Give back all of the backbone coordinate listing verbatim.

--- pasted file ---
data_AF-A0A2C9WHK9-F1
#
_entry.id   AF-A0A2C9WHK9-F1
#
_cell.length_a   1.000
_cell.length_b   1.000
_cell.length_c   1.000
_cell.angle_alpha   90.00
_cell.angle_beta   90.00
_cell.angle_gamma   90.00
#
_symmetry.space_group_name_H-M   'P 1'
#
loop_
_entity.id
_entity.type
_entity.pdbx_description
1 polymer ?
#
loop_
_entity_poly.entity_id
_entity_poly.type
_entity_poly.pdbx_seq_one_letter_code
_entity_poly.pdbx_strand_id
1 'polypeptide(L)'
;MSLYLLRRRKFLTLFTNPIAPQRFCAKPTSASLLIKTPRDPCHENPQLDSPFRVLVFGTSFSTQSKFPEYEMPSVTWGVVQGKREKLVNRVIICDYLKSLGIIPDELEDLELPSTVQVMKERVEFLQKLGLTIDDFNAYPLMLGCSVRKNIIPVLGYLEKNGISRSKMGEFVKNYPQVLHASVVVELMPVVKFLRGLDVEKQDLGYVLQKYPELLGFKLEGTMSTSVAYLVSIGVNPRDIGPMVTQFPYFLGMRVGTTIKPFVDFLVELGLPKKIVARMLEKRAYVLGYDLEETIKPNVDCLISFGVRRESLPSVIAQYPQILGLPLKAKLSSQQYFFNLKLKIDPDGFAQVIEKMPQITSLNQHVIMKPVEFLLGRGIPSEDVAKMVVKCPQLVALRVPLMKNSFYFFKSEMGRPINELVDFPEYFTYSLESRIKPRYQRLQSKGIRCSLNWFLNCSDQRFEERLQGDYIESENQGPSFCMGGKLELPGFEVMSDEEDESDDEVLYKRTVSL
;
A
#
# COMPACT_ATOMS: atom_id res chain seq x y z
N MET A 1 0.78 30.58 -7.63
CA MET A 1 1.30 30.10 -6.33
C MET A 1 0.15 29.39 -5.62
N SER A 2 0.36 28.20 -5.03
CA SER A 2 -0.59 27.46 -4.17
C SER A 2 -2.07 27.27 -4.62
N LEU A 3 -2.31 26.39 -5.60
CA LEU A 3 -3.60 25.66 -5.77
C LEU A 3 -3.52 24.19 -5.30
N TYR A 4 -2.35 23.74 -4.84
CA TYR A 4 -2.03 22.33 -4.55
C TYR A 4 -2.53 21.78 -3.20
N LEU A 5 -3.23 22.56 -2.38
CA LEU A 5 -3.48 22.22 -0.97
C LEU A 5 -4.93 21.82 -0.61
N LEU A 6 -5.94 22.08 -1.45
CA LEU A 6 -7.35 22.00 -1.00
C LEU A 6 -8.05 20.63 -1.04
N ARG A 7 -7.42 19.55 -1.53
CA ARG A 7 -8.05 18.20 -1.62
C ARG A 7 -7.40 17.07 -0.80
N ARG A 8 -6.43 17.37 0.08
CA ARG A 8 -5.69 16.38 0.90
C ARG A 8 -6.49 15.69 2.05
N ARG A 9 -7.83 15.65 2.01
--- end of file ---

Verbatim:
data_AF-A0A2C9WHK9-F1
#
_entry.id   AF-A0A2C9WHK9-F1
#
_cell.length_a   1.000
_cell.length_b   1.000
_cell.length_c   1.000
_cell.angle_alpha   90.00
_cell.angle_beta   90.00
_cell.angle_gamma   90.00
#
_symmetry.space_group_name_H-M   'P 1'
#
loop_
_entity.id
_entity.type
_entity.pdbx_description
1 polymer ?
#
loop_
_entity_poly.entity_id
_entity_poly.type
_entity_poly.pdbx_seq_one_letter_code
_entity_poly.pdbx_strand_id
1 'polypeptide(L)'
;MSLYLLRRRKFLTLFTNPIAPQRFCAKPTSASLLIKTPRDPCHENPQLDSPFRVLVFGTSFSTQSKFPEYEMPSVTWGVVQGKREKLVNRVIICDYLKSLGIIPDELEDLELPSTVQVMKERVEFLQKLGLTIDDFNAYPLMLGCSVRKNIIPVLGYLEKNGISRSKMGEFVKNYPQVLHASVVVELMPVVKFLRGLDVEKQDLGYVLQKYPELLGFKLEGTMSTSVAYLVSIGVNPRDIGPMVTQFPYFLGMRVGTTIKPFVDFLVELGLPKKIVARMLEKRAYVLGYDLEETIKPNVDCLISFGVRRESLPSVIAQYPQILGLPLKAKLSSQQYFFNLKLKIDPDGFAQVIEKMPQITSLNQHVIMKPVEFLLGRGIPSEDVAKMVVKCPQLVALRVPLMKNSFYFFKSEMGRPINELVDFPEYFTYSLESRIKPRYQRLQSKGIRCSLNWFLNCSDQRFEERLQGDYIESENQGPSFCMGGKLELPGFEVMSDEEDESDDEVLYKRTVSL
;
A
#
# COMPACT_ATOMS: atom_id res chain seq x y z
N MET A 1 0.78 30.58 -7.63
CA MET A 1 1.30 30.10 -6.33
C MET A 1 0.15 29.39 -5.62
N SER A 2 0.36 28.20 -5.03
CA SER A 2 -0.59 27.46 -4.17
C SER A 2 -2.07 27.27 -4.62
N LEU A 3 -2.31 26.39 -5.60
CA LEU A 3 -3.60 25.66 -5.77
C LEU A 3 -3.52 24.19 -5.30
N TYR A 4 -2.35 23.74 -4.84
CA TYR A 4 -2.03 22.33 -4.55
C TYR A 4 -2.53 21.78 -3.20
N LEU A 5 -3.23 22.56 -2.38
CA LEU A 5 -3.48 22.22 -0.97
C LEU A 5 -4.93 21.82 -0.61
N LEU A 6 -5.94 22.08 -1.45
CA LEU A 6 -7.35 22.00 -1.00
C LEU A 6 -8.05 20.63 -1.04
N ARG A 7 -7.42 19.55 -1.53
CA ARG A 7 -8.05 18.20 -1.62
C ARG A 7 -7.40 17.07 -0.80
N ARG A 8 -6.43 17.37 0.08
CA ARG A 8 -5.69 16.38 0.90
C ARG A 8 -6.49 15.69 2.05
N ARG A 9 -7.83 15.65 2.01